There's No Strong like Preemie Strong

What is it like to be a preemie? What is it like to be alone in a plastic box for days, weeks or even months, when developmentally, you're still supposed to be engulfed in your mother's warmth? What is it like to be forced to breathe, eat and live when your body is not physically ready?
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My twin boys, Micah and Zachary, were born just shy of 28 weeks gestation, each weighing about 1200 grams. They were delivered via emergency c-section and whisked away to fight for their lives. And fight they did.

I was terrified, overwhelmed and physically and emotionally exhausted. But rather quickly, I realized that I had it easy. I was not the one fighting for my life. Not the one struggling to breathe. Not the one having tubes shoved down my throat. While I gave everything to become a NICU mommy, Micah and Zachary gave everything to live.

Their organs were underdeveloped. Their skin was thin and flimsy, because unlike full-term babies, they did not have any reserve or fat stored up in their bodies. Without modern medicine, Micah and Zachary would not have lived more than a day. 2014-11-11-DSC_2531.JPG

One in nine babies is born prematurely in the United States, placing them at higher risk for infections, developmental disabilities and chronic health complications. Preemies are uniquely vulnerable to many of the 10 leading causes of infant mortality, listed by the C.D.C. Tragically, Micah lost his fight to #10 on the C.D.C.'s list -- necrotizing enterocolitis, a severe intestinal infection. Yet, Zachary surpassed all expectations and is now a healthy, vibrant toddler. My life is every NICU parent's worst nightmare and aspirational dream.

This paradoxical world, of having one twin die and another twin thrive, demonstrates the profound strength of preemies. Micah fought like hell for 11 months at home and in the hospital before he lost his battle. Despite his daily struggles, Micah smiled. Micah found happiness in his brother's cuddles, his daddy's voice and his mama's kisses. Zachary has conquered his rough start to life. There is not a hint of fragility in Zachary today.

It is terrifying, overwhelming and exhausting to be a NICU parent, but what is it like to be a preemie? What is it like to be alone in a plastic box for hours, days, weeks or even months, when developmentally, you're still supposed to be engulfed in your mother's warmth? What is it like to be forced to breathe, eat and live when your body is not physically ready to do these things?

Preemies persevere and overcome challenges that adults could not. Although preemies are some of the toughest, most resilient people on the planet, the suffering they endure is profound. 2014-11-11-DSC_2496_2.JPGIn an ideal world, we would prevent preterm birth. Until we reach this ultimate goal, Level IV Neonatal Intensive Care Units (NICUs) are preemies lifeline. Miracles happen in Level IV NICUs, where the strength of preemies is complemented by advanced technologies and specialized clinicians. Babies that would otherwise never survive get to go home and thrive.

Thankfully, Micah and Zachary received care in a Level IV NICU, the highest designation recognized by the American Academy of Pediatrics. It is inspiring that some Level IV NICUs are elevating their care by embracing strategies shown to further improve outcomes. Here are three strategies that the most prominent Level IV NICUs are implementing to complement the strength of preemies:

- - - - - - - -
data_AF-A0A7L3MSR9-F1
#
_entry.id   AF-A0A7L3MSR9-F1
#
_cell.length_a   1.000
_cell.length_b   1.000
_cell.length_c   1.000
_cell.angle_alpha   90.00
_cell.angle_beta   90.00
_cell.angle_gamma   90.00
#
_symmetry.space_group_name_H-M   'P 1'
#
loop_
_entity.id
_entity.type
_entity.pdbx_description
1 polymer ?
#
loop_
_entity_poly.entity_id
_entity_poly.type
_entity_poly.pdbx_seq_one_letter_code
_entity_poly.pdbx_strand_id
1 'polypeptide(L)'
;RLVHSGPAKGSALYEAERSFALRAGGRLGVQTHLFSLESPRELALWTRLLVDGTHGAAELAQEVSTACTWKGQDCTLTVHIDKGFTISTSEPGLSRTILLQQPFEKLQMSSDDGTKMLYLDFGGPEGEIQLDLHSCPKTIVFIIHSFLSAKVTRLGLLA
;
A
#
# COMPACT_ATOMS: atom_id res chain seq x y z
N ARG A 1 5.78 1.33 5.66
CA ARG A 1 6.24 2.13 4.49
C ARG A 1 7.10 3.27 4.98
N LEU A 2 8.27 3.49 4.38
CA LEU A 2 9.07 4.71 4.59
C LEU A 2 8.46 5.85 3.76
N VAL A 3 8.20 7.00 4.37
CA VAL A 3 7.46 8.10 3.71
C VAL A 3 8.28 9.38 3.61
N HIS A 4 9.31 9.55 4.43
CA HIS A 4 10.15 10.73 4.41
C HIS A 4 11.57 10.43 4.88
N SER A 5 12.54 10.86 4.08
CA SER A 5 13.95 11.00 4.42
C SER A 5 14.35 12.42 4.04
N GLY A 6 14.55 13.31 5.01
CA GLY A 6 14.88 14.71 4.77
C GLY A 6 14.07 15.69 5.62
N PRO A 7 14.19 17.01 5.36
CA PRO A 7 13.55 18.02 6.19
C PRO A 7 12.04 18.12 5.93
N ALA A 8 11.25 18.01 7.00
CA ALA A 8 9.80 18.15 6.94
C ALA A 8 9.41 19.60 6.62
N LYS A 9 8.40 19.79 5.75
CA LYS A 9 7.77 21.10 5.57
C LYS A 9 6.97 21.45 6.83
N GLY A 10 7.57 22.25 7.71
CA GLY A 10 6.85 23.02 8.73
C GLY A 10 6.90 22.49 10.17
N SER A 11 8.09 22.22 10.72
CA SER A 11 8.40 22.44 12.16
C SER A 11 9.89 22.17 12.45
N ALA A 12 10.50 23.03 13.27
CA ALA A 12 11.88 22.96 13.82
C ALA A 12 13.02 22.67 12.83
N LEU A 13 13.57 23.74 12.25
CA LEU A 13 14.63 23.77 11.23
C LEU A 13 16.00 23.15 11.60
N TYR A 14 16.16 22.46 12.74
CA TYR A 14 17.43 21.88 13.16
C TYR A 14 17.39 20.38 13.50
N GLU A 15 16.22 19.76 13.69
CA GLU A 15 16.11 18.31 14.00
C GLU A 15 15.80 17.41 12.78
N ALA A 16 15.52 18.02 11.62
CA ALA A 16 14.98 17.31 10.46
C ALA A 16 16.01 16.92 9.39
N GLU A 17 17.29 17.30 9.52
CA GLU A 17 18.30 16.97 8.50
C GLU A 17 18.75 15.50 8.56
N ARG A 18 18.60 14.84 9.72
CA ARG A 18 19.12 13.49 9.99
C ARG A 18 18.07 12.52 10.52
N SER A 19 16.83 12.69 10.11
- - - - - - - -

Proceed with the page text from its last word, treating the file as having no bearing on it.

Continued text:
They Empower and Partner with Parents
These NICUs create a culture that nurtures collaboration between clinicians and parents. Parents are informed, engaged and empowered because they are viewed as a critical component of their baby's care team. This culture promotes parent-baby bonding, trust and rapport between parents and clinicians and may even help to improve the baby's health outcomes. Parents know their babies best. The NICUs that partner with parents are helping to keep preemies strong.

They Prescribe Exclusive Human Milk Diets
For fragile infants, human milk is a lifesaving intervention, just as critical as blood transfusions, vaccinations and ventilators. It is widely accepted that formula increases a fragile infant's risk of necrotizing enterocolitis -- the disease that claimed Micah's life. To best protect the health of their most fragile babies, leading NICUs have eliminated the use of formula and formula-based fortifiers prior to 34 weeks gestation. Donor milk is prescribed to babies without mother's own milk. The NICUs that use human milk as medicine are helping to keep preemies strong.
They Aspire to Become a Baby-Friendly NICU
The Baby-Friendly Hospital Initiative is a global effort led by the World Health Organization and UNICEF. Around the world, hospitals that are certified Baby-Friendly prioritize maternal-infant bonding, human milk, and the empowerment of mothers. Recently, a panel of experts outlined guidelines for NICUs that aspire to be a Baby-Friendly facility. The NICUs that strive to be Baby-Friendly are helping to keep preemies strong.

Preemies are brave, fierce fighters. Preemies give everything they have. The families, clinicians, advocates and hospitals who give everything to preemies is why Micah made it home and Zachary defied every odd against him. Three decades ago in the U.S., many very-low-birth-weight babies did not survive. Today, more preemies are surviving and thriving than ever before. You can honor the strength of preemies, the extraordinary care of NICUs and the dedication of NICU families by sharing and commemorating Prematurity Awareness throughout the month of November.

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